Here's the deal:
I'm trying to, once again, perform a Cranial Rectal Extraction and come up with some decent ideas for this space, but it's getting tough. Writer's block is coming on hard. Facing a divorce, a move, and having bouts of "Woe Is Meeeeee!" will do that to you. God's got this. I gotta calm down. But writing anything in any cogent fashion is tough.
Therefore, I'm going to run through the material from the stuff I wrote in "A Coach For Your Heart" this week and maybe a few more, depending on how I'm feeling. I think this stuff is pretty good, if I do say so myself.
Excerpt From: “A Coach for your Heart.” Apple Books.
CHAPTER ONE: THE HEART'S FOUNDATION
Key One: Be Present
Section II: How It Works
Start by wrapping your head around this quote by Eckhart Tolle, “All you really need to do is accept this moment fully. You are then at ease in the here and now and at ease with yourself.” Several people I know use this method, whether they are driving or on the phone or standing in line at the grocery store. When you follow their example, you are taking the first step toward living in your heart.
First, find a phrase that helps you move toward the present. Father Greg Boyle, head of Homeboy Industries, uses a mantra from a Broadway play to become present. His mantra is “Now. Here. This.” As in, Be “Now,” Be “Here,” See “This.” Find the words that suit you best and put them somewhere you can see them. I wear a bracelet on my wrist, with the words, “Exhale Gratitude” where I can always see it. You might decide to make your mantra your cell phone screensaver, tape it to your fridge, write it on your mirror, or something else.
Secondly, focus on everything else around you. Take an inventory of everything you see and hear. You could even say the “You could even say the things you see out loud. If you’re driving, for instance, just notice the cars. Observe the billboards, maybe even read them. And make an observation like “interesting billboard,” “nice car,” or something along those lines. These statements just identify that you are giving your attention to the world around you, not to your worries or inner monologue. Do the same thing when you are in a store. “That lady has a lot of cabbage.” “That guy parts his hair on the side.” “They play a lot of music from the seventies overhead.”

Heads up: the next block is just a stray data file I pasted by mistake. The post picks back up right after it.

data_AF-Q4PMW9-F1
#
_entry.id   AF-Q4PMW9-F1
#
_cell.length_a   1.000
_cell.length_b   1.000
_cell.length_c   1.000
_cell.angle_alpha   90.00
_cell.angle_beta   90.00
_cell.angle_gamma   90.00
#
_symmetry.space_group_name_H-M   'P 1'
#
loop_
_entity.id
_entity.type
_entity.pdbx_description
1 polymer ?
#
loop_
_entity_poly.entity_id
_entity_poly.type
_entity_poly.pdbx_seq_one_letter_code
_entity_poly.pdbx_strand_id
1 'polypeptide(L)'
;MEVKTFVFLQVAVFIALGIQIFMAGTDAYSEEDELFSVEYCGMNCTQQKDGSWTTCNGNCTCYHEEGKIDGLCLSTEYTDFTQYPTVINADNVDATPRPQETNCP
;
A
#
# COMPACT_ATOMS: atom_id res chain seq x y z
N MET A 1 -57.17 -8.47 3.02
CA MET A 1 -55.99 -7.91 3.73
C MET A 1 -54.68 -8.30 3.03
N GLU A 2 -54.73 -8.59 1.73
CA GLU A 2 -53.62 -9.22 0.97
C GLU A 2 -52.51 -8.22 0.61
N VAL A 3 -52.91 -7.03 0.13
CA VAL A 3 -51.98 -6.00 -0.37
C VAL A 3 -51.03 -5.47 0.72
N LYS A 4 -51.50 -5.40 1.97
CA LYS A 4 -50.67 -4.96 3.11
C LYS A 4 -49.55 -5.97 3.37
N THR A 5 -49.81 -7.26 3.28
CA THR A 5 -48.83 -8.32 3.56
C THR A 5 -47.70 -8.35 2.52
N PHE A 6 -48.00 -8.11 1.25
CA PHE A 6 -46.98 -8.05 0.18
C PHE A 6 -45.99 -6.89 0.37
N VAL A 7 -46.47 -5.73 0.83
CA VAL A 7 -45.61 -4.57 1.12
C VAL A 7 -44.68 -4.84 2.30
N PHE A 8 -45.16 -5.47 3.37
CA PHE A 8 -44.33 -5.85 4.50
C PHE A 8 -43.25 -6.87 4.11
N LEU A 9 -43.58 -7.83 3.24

Now you’ve got the attentive part. The calm comes from doing. Your focus is outward. It’s being observant. It isn’t on you, your schedule, or anything that has to do with you. Just seeing, just paying attention, just noticing the things around you, pulls you away from your stress and puts you into the world; your focus is outward, not inward. This is where calm kicks in. When we think about everything we are engaged in–all the action, the lists, the endless stressors in our life– we stay tense. Putting our focus elsewhere, just noticing life outside of ourselves and truly focusing on the world around us, calms our tension.
“Some parts of life–even the most mundane, like doing the dishes–can be rewarding when fully present and accepting. When we’re truly present, we see the task, and only the task. We’re not thinking “I hate these gross dirty dishes, I want to be sitting, watching TV, reading, sleeping, anything but this!” Instead, we feel the warm water, we see the piece of food being rubbed off by the sponge, rinse, examine, and repeat. By not attaching anything to the task, there is not resistance to it, there is only the task. This, inherently, is less urgent, and less agitated. Thus, every task becomes an opportunity for calm.”